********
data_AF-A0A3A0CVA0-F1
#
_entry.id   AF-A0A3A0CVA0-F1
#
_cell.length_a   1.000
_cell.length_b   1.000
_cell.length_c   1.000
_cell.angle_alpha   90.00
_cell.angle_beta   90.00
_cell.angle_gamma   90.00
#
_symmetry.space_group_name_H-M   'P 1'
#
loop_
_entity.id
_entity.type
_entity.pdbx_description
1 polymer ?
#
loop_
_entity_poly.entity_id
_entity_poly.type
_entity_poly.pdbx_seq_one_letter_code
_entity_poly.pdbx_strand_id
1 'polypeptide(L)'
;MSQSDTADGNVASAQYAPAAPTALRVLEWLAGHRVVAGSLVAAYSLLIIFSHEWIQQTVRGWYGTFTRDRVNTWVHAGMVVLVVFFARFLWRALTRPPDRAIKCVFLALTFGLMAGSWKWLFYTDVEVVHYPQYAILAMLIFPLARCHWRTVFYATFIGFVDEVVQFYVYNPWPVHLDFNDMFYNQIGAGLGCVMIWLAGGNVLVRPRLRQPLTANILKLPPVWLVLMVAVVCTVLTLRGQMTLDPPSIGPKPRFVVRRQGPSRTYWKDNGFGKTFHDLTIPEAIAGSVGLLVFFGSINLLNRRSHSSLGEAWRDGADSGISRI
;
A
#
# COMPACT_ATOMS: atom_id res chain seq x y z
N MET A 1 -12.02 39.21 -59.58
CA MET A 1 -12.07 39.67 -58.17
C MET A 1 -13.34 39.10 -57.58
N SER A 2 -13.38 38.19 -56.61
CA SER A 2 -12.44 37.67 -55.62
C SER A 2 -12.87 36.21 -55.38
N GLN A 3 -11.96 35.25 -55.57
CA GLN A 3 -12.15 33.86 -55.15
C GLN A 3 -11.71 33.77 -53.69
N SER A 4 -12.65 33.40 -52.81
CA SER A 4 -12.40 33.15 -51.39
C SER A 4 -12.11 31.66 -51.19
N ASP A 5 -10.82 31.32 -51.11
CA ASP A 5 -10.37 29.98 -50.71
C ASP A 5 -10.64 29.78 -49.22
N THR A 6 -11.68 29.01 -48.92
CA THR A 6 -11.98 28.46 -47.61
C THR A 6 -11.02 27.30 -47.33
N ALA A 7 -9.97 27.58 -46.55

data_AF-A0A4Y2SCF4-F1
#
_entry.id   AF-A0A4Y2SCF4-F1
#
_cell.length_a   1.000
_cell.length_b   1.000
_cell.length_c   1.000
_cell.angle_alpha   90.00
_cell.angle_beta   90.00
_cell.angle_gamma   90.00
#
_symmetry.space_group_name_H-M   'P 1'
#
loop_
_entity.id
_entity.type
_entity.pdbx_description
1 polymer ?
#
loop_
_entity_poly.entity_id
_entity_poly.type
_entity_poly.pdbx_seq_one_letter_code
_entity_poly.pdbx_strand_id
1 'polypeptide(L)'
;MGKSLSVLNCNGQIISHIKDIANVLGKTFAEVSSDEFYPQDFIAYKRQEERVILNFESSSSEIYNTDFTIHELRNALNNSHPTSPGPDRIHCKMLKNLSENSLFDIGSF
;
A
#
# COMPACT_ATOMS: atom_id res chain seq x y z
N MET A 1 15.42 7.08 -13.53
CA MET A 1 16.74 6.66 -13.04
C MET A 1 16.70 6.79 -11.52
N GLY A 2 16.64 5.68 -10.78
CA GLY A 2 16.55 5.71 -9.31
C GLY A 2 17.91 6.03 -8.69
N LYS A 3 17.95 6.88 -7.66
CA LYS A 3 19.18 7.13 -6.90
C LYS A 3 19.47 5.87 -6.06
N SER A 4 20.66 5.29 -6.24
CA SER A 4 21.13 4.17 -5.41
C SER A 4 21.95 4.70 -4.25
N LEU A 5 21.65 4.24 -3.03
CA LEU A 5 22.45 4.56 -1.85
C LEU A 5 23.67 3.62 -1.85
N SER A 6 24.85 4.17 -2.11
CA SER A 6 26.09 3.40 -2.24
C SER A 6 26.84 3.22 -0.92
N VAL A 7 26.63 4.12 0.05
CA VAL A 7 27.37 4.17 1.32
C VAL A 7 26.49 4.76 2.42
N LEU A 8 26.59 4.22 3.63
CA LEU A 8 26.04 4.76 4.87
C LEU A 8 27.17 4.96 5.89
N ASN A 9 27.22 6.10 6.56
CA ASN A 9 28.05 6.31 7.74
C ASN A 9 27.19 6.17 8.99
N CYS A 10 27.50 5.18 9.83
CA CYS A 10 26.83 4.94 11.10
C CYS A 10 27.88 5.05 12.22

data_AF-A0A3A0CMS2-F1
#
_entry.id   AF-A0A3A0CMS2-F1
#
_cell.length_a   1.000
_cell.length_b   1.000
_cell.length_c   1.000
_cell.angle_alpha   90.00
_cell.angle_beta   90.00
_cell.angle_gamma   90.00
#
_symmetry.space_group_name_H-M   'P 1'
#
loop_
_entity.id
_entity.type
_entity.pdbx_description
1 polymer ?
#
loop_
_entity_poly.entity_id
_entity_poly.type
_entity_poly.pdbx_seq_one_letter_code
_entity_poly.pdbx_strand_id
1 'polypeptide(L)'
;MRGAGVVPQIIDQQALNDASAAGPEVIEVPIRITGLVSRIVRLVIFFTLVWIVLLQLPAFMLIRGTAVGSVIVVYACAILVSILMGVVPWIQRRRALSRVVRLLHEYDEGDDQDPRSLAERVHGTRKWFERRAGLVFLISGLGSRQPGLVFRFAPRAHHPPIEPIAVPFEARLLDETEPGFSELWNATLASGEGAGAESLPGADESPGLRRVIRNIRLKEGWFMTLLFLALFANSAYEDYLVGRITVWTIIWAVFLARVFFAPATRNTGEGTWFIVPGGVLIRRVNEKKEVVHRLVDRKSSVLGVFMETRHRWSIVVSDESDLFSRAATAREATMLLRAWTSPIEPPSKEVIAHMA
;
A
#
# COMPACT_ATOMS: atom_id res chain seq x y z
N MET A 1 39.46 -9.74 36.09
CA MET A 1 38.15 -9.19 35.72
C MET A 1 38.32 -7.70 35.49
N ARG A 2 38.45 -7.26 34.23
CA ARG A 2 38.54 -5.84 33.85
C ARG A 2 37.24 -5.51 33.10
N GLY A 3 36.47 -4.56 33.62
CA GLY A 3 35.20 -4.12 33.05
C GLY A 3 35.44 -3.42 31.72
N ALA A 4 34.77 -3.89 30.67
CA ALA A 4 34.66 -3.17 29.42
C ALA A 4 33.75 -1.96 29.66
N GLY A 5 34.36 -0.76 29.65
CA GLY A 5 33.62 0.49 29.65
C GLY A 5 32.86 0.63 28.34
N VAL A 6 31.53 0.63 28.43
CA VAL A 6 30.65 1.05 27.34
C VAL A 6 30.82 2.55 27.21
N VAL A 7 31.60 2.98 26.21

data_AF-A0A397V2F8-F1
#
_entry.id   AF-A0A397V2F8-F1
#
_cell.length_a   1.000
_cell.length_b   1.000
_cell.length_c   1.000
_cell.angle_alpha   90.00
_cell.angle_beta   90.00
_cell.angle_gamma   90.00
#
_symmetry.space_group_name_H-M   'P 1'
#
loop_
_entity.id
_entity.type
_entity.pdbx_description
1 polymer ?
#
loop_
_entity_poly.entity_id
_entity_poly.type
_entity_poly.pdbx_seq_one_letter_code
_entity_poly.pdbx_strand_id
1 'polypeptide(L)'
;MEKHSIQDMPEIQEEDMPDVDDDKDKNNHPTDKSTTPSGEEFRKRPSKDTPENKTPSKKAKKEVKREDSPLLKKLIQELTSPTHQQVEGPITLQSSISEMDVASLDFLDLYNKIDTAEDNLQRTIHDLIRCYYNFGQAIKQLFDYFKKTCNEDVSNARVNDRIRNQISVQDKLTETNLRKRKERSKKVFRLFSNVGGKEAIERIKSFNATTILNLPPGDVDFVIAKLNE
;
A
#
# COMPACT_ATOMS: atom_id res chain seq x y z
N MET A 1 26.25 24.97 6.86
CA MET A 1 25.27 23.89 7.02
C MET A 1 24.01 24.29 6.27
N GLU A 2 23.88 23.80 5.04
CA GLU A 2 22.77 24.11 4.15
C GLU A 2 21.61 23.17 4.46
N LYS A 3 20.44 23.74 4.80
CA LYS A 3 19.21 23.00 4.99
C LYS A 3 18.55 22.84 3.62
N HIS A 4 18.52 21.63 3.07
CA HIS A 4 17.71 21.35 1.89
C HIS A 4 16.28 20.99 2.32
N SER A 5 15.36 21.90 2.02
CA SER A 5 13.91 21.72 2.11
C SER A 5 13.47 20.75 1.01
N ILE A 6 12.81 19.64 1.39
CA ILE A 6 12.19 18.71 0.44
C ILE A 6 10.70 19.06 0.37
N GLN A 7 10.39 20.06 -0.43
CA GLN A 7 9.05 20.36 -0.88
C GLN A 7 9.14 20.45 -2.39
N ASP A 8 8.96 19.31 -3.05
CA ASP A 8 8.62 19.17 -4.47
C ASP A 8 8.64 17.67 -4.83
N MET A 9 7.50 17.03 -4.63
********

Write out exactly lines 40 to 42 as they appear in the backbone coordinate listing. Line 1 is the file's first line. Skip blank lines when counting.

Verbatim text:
N SER A 4 -12.65 33.40 -52.81
CA SER A 4 -12.40 33.15 -51.39
C SER A 4 -12.11 31.66 -51.19